Building Occupant Satisfaction, Sustainability Link Revealed

Perkins + Will's award-winning, sustainable modular classroom, Sprout Space™, was built on the west lawn of the National Building Museum in Washington.
Perkins + Will’s sustainable modular classroom, Sprout Space™, was built on the west lawn of the National Building Museum in Washington. (Photo: Interface.)

Posted by Heidi Schwartz

DTZ, a commercial real estate services provider, has completed research revealing a link between building occupant satisfaction and sustainability efforts in buildings.

DTZ Vice President, Sustainability Services Allison Porter and DTZ Economist Rebecca Rockey evaluated responses to Kingsley Associates’ surveys relative to common sustainability certifications. The study examined three building-specific certifications: the U.S. Green Building Council‘s Leadership in Energy and Environmental Design-Existing Buildings: Operations and Maintenance (LEED EB), EPA‘s ENERGY STAR, and the Office of Management and Budget‘s (OMB) Sustainability and Energy Scorecard, a sustainability evaluation standard for federal government-occupied buildings. Porter and Rockey analyzed 61 office buildings in the Washington, DC, region.

“This research confirms what we’ve long assumed—that sustainability impacts how tenants perceive their workplace,” said Marla Maloney, President, Asset Services, Americas at DTZ. “It also bolsters previous research linking sustainability to improved property values and returns. Sustainability is not only a measure to improve our built and natural environment, it’s also a sound, forward-thinking business practice with a proven, positive business impact, from lowering costs to improving client services and satisfaction.”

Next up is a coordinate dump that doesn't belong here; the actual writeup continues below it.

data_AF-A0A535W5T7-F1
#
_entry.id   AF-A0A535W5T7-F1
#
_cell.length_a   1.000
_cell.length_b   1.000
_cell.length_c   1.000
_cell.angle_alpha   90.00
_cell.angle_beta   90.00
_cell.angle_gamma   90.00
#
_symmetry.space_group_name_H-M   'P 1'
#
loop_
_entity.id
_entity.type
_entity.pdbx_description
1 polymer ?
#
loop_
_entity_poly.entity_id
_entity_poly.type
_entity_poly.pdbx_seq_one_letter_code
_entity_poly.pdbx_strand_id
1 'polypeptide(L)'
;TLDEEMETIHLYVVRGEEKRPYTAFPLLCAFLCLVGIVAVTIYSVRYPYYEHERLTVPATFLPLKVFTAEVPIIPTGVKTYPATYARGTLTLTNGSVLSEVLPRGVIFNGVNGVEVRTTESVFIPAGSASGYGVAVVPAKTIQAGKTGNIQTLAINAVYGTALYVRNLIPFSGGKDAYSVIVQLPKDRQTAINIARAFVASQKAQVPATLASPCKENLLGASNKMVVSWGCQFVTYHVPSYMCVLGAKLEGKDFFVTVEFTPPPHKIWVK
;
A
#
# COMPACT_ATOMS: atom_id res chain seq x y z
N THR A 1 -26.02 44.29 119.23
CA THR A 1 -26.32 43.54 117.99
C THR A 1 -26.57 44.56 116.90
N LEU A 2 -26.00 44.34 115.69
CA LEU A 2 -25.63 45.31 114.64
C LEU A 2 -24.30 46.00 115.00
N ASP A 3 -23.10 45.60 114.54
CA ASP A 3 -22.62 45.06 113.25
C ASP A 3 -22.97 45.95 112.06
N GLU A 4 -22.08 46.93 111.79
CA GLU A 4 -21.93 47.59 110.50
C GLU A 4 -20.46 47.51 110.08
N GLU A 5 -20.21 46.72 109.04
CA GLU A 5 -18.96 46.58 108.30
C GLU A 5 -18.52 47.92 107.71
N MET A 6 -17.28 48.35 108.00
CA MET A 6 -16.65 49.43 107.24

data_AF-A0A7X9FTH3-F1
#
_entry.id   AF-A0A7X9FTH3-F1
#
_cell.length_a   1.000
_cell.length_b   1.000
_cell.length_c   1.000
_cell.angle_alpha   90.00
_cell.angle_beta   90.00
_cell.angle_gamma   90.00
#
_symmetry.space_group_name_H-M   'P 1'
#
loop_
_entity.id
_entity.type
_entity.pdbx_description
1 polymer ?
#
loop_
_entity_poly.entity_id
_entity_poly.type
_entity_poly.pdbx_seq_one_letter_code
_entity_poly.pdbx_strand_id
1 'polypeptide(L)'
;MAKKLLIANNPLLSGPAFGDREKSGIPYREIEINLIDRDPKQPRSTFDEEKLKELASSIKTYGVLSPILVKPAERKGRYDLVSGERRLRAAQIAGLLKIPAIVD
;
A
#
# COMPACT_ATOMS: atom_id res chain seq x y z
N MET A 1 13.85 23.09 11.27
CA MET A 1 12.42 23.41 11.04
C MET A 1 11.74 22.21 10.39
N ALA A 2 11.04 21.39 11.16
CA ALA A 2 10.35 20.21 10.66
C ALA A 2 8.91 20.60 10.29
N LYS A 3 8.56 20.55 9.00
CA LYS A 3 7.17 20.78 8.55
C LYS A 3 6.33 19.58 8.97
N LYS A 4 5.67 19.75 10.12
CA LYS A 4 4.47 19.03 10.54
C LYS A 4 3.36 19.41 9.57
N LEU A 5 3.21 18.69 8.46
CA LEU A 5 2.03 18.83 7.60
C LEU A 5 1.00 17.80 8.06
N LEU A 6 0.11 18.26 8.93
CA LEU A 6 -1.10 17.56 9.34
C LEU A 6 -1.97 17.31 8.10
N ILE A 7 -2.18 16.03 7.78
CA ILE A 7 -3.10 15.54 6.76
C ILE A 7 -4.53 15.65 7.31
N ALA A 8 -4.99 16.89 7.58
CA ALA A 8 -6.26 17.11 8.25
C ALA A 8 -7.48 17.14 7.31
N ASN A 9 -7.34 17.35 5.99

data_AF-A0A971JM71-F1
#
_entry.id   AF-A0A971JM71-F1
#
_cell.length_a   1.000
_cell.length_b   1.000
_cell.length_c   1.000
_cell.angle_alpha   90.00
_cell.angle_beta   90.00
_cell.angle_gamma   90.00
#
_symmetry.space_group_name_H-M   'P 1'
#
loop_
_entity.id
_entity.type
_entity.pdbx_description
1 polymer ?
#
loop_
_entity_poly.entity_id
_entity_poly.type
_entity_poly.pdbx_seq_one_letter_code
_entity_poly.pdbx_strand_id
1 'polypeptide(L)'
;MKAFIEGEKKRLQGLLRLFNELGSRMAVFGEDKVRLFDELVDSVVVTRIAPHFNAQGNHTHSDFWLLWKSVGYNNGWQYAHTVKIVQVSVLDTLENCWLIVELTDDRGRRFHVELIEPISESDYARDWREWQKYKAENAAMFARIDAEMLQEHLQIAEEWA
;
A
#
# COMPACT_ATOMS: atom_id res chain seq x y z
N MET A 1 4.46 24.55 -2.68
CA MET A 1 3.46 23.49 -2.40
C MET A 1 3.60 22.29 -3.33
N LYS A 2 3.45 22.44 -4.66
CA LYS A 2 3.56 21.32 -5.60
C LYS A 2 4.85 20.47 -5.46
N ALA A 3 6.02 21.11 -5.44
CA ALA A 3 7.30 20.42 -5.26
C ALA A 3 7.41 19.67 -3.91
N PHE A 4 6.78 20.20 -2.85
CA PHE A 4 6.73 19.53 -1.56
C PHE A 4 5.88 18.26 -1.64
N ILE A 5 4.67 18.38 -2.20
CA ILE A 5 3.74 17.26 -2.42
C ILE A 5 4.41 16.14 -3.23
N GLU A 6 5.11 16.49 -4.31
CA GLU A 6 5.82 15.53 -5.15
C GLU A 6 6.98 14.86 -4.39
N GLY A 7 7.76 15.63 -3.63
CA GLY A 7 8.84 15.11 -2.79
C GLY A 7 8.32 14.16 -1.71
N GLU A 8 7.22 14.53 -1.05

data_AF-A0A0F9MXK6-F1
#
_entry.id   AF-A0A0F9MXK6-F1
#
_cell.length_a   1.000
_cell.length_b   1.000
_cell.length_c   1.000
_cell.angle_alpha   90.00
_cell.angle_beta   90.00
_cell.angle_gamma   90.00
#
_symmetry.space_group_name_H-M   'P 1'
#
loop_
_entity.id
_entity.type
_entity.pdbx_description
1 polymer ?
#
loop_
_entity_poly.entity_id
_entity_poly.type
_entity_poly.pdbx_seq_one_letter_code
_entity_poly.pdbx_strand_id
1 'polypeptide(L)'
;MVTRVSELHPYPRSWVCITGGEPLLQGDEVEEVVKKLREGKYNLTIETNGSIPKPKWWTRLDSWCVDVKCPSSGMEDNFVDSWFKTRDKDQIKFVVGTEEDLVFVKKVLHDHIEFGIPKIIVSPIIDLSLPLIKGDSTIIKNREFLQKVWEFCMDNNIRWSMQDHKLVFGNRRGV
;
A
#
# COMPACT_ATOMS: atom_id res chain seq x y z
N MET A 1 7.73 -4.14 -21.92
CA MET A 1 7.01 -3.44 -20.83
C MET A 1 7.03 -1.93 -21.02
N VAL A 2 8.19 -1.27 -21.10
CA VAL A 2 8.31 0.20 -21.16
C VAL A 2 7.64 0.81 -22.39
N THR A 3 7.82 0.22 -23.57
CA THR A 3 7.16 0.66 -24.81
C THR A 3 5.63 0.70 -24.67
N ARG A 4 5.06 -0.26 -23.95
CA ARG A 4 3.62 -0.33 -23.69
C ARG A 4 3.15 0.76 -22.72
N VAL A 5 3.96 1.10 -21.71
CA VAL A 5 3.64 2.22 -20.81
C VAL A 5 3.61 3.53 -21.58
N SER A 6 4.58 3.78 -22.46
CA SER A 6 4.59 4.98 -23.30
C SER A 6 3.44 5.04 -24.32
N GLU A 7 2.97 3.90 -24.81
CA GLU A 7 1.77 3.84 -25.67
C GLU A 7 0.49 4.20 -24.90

Research findings include:

  • Buildings with at least one sustainability certification had an average Kingsley score seven points higher than buildings with no certifications.
  • Buildings with one certification had slightly higher Kingsley scores than those with no certifications, while buildings with two or more certifications had significantly higher scores.
  • ENERGY STAR buildings’ Kingsley scores averaged 30 points higher than non-ENERGY STAR.
  • LEED EB buildings’ Kingsley scores averaged 10 points better than buildings without a LEED EB certification.
  • The OMB Sustainability and Energy Scorecard did not have a statistically significant impact on scores.

“Sustainability proponents often make claims about the benefits of environmental responsibility without offering proof. We’d rather rely on the facts–we serve our clients best when we offer evidence-based advice,” Porter said. “These findings are an excellent basis to continue our research on the interaction between sustainability efforts and key business drivers. Building owners and users alike can use this kind of data to make better real estate decisions.”